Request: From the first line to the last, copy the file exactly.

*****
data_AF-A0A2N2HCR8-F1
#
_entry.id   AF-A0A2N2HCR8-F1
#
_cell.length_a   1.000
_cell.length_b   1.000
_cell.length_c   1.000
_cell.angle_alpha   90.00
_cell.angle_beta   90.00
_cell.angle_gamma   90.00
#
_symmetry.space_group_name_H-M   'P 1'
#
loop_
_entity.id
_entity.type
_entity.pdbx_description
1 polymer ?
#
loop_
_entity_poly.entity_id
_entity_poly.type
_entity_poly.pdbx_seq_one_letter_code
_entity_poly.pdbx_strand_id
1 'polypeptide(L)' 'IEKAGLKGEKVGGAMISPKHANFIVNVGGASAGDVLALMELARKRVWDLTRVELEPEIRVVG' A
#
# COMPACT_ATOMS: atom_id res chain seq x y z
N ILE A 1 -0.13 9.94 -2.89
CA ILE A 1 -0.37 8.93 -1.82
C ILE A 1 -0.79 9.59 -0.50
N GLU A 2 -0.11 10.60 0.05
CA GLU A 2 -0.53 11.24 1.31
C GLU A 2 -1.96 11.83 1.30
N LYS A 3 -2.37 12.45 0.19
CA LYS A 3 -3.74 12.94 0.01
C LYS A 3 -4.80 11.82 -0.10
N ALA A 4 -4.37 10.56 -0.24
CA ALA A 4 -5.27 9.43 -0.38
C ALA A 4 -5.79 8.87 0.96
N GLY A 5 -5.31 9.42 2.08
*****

data_AF-A0A2N2HCR8-F1
#
_entry.id   AF-A0A2N2HCR8-F1
#
_cell.length_a   1.000
_cell.length_b   1.000
_cell.length_c   1.000
_cell.angle_alpha   90.00
_cell.angle_beta   90.00
_cell.angle_gamma   90.00
#
_symmetry.space_group_name_H-M   'P 1'
#
loop_
_entity.id
_entity.type
_entity.pdbx_description
1 polymer ?
#
loop_
_entity_poly.entity_id
_entity_poly.type
_entity_poly.pdbx_seq_one_letter_code
_entity_poly.pdbx_strand_id
1 'polypeptide(L)' 'IEKAGLKGEKVGGAMISPKHANFIVNVGGASAGDVLALMELARKRVWDLTRVELEPEIRVVG' A
#
# COMPACT_ATOMS: atom_id res chain seq x y z
N ILE A 1 -0.13 9.94 -2.89
CA ILE A 1 -0.37 8.93 -1.82
C ILE A 1 -0.79 9.59 -0.50
N GLU A 2 -0.11 10.60 0.05
CA GLU A 2 -0.53 11.24 1.31
C GLU A 2 -1.96 11.83 1.30
N LYS A 3 -2.37 12.45 0.19
CA LYS A 3 -3.74 12.94 0.01
C LYS A 3 -4.80 11.82 -0.10
N ALA A 4 -4.37 10.56 -0.24
CA ALA A 4 -5.27 9.43 -0.38
C ALA A 4 -5.79 8.87 0.96
N GLY A 5 -5.31 9.42 2.08